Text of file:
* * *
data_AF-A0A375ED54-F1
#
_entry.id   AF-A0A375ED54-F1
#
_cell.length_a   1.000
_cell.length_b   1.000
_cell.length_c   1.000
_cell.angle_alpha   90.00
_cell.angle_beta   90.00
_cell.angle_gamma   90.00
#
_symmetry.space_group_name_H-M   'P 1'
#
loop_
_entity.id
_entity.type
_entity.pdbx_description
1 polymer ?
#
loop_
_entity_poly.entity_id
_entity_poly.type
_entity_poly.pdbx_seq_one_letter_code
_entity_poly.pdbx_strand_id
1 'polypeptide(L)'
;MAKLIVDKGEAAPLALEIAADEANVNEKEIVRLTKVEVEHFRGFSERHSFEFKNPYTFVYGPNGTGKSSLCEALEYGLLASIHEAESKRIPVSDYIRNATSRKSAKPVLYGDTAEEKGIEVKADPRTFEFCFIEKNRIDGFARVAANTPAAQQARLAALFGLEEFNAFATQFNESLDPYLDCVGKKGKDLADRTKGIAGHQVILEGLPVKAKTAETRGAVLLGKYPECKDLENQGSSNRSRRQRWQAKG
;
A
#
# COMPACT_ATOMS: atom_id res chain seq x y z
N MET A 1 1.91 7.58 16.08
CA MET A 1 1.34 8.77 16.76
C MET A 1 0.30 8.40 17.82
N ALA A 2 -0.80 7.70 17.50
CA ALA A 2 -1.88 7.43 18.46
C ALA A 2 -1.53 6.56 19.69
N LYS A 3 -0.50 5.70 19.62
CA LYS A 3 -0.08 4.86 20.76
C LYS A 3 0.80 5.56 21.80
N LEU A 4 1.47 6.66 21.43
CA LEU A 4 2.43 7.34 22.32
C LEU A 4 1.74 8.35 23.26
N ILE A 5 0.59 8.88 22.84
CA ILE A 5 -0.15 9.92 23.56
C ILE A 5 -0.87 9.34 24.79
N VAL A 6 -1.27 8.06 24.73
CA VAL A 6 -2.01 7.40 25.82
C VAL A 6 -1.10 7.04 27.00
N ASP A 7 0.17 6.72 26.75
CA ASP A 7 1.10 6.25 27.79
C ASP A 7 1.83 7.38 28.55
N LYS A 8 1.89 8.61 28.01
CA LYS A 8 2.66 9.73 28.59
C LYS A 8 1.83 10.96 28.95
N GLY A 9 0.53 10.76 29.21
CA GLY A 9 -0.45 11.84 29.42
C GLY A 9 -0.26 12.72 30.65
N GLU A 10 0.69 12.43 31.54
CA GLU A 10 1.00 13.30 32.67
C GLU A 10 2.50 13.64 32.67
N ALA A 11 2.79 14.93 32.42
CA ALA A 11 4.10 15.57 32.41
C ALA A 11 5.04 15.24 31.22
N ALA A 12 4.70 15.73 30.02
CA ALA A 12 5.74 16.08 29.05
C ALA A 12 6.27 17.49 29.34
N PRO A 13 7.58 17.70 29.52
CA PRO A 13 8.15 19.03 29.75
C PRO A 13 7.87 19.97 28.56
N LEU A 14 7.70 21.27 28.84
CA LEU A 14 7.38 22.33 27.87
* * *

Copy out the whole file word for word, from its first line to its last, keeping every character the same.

data_AF-A0A375ED54-F1
#
_entry.id   AF-A0A375ED54-F1
#
_cell.length_a   1.000
_cell.length_b   1.000
_cell.length_c   1.000
_cell.angle_alpha   90.00
_cell.angle_beta   90.00
_cell.angle_gamma   90.00
#
_symmetry.space_group_name_H-M   'P 1'
#
loop_
_entity.id
_entity.type
_entity.pdbx_description
1 polymer ?
#
loop_
_entity_poly.entity_id
_entity_poly.type
_entity_poly.pdbx_seq_one_letter_code
_entity_poly.pdbx_strand_id
1 'polypeptide(L)'
;MAKLIVDKGEAAPLALEIAADEANVNEKEIVRLTKVEVEHFRGFSERHSFEFKNPYTFVYGPNGTGKSSLCEALEYGLLASIHEAESKRIPVSDYIRNATSRKSAKPVLYGDTAEEKGIEVKADPRTFEFCFIEKNRIDGFARVAANTPAAQQARLAALFGLEEFNAFATQFNESLDPYLDCVGKKGKDLADRTKGIAGHQVILEGLPVKAKTAETRGAVLLGKYPECKDLENQGSSNRSRRQRWQAKG
;
A
#
# COMPACT_ATOMS: atom_id res chain seq x y z
N MET A 1 1.91 7.58 16.08
CA MET A 1 1.34 8.77 16.76
C MET A 1 0.30 8.40 17.82
N ALA A 2 -0.80 7.70 17.50
CA ALA A 2 -1.88 7.43 18.46
C ALA A 2 -1.53 6.56 19.69
N LYS A 3 -0.50 5.70 19.62
CA LYS A 3 -0.08 4.86 20.76
C LYS A 3 0.80 5.56 21.80
N LEU A 4 1.47 6.66 21.43
CA LEU A 4 2.43 7.34 22.32
C LEU A 4 1.74 8.35 23.26
N ILE A 5 0.59 8.88 22.84
CA ILE A 5 -0.15 9.92 23.56
C ILE A 5 -0.87 9.34 24.79
N VAL A 6 -1.27 8.06 24.73
CA VAL A 6 -2.01 7.40 25.82
C VAL A 6 -1.10 7.04 27.00
N ASP A 7 0.17 6.72 26.75
CA ASP A 7 1.10 6.25 27.79
C ASP A 7 1.83 7.38 28.55
N LYS A 8 1.89 8.61 28.01
CA LYS A 8 2.66 9.73 28.59
C LYS A 8 1.83 10.96 28.95
N GLY A 9 0.53 10.76 29.21
CA GLY A 9 -0.45 11.84 29.42
C GLY A 9 -0.26 12.72 30.65
N GLU A 10 0.69 12.43 31.54
CA GLU A 10 1.00 13.30 32.67
C GLU A 10 2.50 13.64 32.67
N ALA A 11 2.79 14.93 32.42
CA ALA A 11 4.10 15.57 32.41
C ALA A 11 5.04 15.24 31.22
N ALA A 12 4.70 15.73 30.02
CA ALA A 12 5.74 16.08 29.05
C ALA A 12 6.27 17.49 29.34
N PRO A 13 7.58 17.70 29.52
CA PRO A 13 8.15 19.03 29.75
C PRO A 13 7.87 19.97 28.56
N LEU A 14 7.70 21.27 28.84
CA LEU A 14 7.38 22.33 27.87